To state the obvious: Time is money. Perhaps less obvious to those who will never land on this URL, is that more and more people are spending their valuable time on things that are not newspaper journalism (read: woke AF Netflix documentaries, social media and, yes, Buzzfeed quizzes).
The privilege of being able to infinitely scroll through endless layers of content is a luxury afforded to those with access to a reliable phone or computer, a good wifi or data plan and the cognitive ability to read and understand information on a screen.
The less fortunate in the world rely partly on journalists to stand up for them by speaking truth to power. Other papers, like ours, spend our time highlighting the most meaningful local issues affecting our city's food, music, arts and political scenes. Some of our pals take all of that a step further by hiring journalists to spend months, sometimes years, working on big stories.
That’s why the Tampa Bay Times is bringing back its paywall, er, pay meter. The paper tried it in 2013, and tweaked it once more in 2016, and a Tuesday morning visit to tampabay.com unveiled a note from Executive Editor Mark Katches, who offered an explanation for this latest iteration.
“The quality journalism we practice at the Times takes money. We have to find more ways to pay for it,” he wrote. To drive the point home, Katches added that the paper’s coverage of deaths at Johns Hopkins All Children’s Hospital cost the newsroom an estimated $225,000.
“And that’s probably conservative,” Katches added. That year-long investigation led to the resignation of several hospital officials. In a perfect world, it’ll also lead to better oversight and patient care at the facility. The new paywall (er, meter, it’s a METER, people!) seeks to raise capital so that the paper can do more of that.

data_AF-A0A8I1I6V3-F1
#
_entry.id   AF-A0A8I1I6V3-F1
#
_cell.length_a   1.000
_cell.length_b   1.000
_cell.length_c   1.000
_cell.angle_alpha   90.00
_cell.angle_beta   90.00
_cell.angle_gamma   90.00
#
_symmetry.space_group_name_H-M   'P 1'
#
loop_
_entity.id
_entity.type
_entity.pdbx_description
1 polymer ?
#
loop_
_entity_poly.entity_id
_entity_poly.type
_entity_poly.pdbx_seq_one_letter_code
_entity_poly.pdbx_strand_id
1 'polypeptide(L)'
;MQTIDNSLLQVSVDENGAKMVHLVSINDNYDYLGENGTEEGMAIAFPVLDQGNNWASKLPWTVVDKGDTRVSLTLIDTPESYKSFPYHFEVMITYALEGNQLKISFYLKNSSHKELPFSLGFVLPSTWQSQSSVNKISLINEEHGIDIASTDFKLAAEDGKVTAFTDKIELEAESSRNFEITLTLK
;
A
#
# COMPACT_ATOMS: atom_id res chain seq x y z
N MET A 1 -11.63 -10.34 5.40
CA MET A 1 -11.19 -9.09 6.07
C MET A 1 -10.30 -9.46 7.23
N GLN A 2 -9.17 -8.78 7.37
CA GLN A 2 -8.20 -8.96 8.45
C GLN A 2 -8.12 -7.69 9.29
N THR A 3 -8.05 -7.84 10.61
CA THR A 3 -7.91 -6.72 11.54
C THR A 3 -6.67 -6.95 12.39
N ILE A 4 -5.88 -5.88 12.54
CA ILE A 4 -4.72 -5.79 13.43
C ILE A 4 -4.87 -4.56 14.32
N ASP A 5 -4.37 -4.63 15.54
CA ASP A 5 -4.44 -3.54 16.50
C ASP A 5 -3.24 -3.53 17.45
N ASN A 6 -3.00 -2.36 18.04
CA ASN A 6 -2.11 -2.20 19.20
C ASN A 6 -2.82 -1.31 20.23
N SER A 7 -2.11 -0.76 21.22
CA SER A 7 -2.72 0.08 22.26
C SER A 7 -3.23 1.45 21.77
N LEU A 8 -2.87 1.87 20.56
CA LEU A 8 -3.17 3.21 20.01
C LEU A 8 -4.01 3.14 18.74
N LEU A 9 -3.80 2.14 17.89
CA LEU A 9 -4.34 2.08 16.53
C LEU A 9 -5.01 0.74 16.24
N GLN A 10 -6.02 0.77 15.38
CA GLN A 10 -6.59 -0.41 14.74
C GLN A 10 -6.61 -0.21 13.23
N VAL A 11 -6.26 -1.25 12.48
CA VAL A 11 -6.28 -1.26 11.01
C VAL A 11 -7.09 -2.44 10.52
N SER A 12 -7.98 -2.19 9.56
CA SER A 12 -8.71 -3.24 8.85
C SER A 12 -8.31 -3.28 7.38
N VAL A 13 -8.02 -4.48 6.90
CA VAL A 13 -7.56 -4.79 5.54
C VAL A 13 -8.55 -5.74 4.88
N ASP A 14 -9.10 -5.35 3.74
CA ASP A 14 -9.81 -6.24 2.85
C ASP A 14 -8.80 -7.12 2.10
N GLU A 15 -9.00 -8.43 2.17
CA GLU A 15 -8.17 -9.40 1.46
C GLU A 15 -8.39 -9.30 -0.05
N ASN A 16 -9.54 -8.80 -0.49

Spokespeople from the Times said that there is no set number of articles that readers can access before the pay meter begins shaking change out of your pocket (subscribers can obviously sign in to get full access).
“The amount of content a reader can access for free will vary based upon how often they visit, what they read and other factors,” Sherri Day, the Times' communications and grants director, told CL. “Our goal is to provide potential customers with enough content to assure them that there is great value in buying a subscription.”
“We’re confident in the value of our journalism and that readers will support quality reporting,” Conan Gallaty, the Times’ executive vice president and chief digital officer, told CL. “Tampabay.com showcases the best work of the Tampa Bay Times to more than five million readers each month. Even a small percentage of this audience can help fund a large part of our news gathering costs.”